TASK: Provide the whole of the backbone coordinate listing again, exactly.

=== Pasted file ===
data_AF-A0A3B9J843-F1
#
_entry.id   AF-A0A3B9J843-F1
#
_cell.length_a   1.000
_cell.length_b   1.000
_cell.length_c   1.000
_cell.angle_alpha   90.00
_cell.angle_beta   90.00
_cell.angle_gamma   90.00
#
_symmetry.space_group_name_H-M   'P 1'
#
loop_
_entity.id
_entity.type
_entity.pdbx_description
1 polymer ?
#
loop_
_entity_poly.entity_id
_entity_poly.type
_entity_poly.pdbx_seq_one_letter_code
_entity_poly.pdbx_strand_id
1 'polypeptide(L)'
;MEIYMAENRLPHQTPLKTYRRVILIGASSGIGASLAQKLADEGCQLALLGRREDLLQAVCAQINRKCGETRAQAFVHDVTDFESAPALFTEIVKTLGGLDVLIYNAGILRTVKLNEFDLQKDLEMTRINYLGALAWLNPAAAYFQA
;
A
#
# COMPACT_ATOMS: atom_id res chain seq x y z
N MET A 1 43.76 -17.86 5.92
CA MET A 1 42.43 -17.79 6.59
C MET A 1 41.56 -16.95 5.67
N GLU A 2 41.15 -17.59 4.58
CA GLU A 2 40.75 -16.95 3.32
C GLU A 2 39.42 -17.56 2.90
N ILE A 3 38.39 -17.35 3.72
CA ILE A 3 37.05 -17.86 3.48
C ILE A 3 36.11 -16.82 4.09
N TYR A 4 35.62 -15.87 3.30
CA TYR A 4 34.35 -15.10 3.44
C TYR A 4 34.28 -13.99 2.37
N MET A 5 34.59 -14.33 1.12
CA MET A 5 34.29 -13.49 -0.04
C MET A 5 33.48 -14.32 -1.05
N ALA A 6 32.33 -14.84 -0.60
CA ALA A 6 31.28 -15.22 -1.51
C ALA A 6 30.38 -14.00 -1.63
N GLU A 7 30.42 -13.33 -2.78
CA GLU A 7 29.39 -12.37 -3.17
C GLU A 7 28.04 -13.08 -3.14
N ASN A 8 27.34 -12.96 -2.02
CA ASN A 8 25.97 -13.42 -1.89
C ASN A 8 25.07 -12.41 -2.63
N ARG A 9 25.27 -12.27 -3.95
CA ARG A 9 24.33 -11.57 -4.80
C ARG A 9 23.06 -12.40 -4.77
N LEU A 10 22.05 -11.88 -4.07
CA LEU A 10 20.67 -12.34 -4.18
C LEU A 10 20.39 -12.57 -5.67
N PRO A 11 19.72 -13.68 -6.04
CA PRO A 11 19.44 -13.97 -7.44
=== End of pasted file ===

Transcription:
data_AF-A0A3B9J843-F1
#
_entry.id   AF-A0A3B9J843-F1
#
_cell.length_a   1.000
_cell.length_b   1.000
_cell.length_c   1.000
_cell.angle_alpha   90.00
_cell.angle_beta   90.00
_cell.angle_gamma   90.00
#
_symmetry.space_group_name_H-M   'P 1'
#
loop_
_entity.id
_entity.type
_entity.pdbx_description
1 polymer ?
#
loop_
_entity_poly.entity_id
_entity_poly.type
_entity_poly.pdbx_seq_one_letter_code
_entity_poly.pdbx_strand_id
1 'polypeptide(L)'
;MEIYMAENRLPHQTPLKTYRRVILIGASSGIGASLAQKLADEGCQLALLGRREDLLQAVCAQINRKCGETRAQAFVHDVTDFESAPALFTEIVKTLGGLDVLIYNAGILRTVKLNEFDLQKDLEMTRINYLGALAWLNPAAAYFQA
;
A
#
# COMPACT_ATOMS: atom_id res chain seq x y z
N MET A 1 43.76 -17.86 5.92
CA MET A 1 42.43 -17.79 6.59
C MET A 1 41.56 -16.95 5.67
N GLU A 2 41.15 -17.59 4.58
CA GLU A 2 40.75 -16.95 3.32
C GLU A 2 39.42 -17.56 2.90
N ILE A 3 38.39 -17.35 3.72
CA ILE A 3 37.05 -17.86 3.48
C ILE A 3 36.11 -16.82 4.09
N TYR A 4 35.62 -15.87 3.30
CA TYR A 4 34.35 -15.10 3.44
C TYR A 4 34.28 -13.99 2.37
N MET A 5 34.59 -14.33 1.12
CA MET A 5 34.29 -13.49 -0.04
C MET A 5 33.48 -14.32 -1.05
N ALA A 6 32.33 -14.84 -0.60
CA ALA A 6 31.28 -15.22 -1.51
C ALA A 6 30.38 -14.00 -1.63
N GLU A 7 30.42 -13.33 -2.78
CA GLU A 7 29.39 -12.37 -3.17
C GLU A 7 28.04 -13.08 -3.14
N ASN A 8 27.34 -12.96 -2.02
CA ASN A 8 25.97 -13.42 -1.89
C ASN A 8 25.07 -12.41 -2.63
N ARG A 9 25.27 -12.27 -3.95
CA ARG A 9 24.33 -11.57 -4.80
C ARG A 9 23.06 -12.40 -4.77
N LEU A 10 22.05 -11.88 -4.07
CA LEU A 10 20.67 -12.34 -4.18
C LEU A 10 20.39 -12.57 -5.67
N PRO A 11 19.72 -13.68 -6.04
CA PRO A 11 19.44 -13.97 -7.44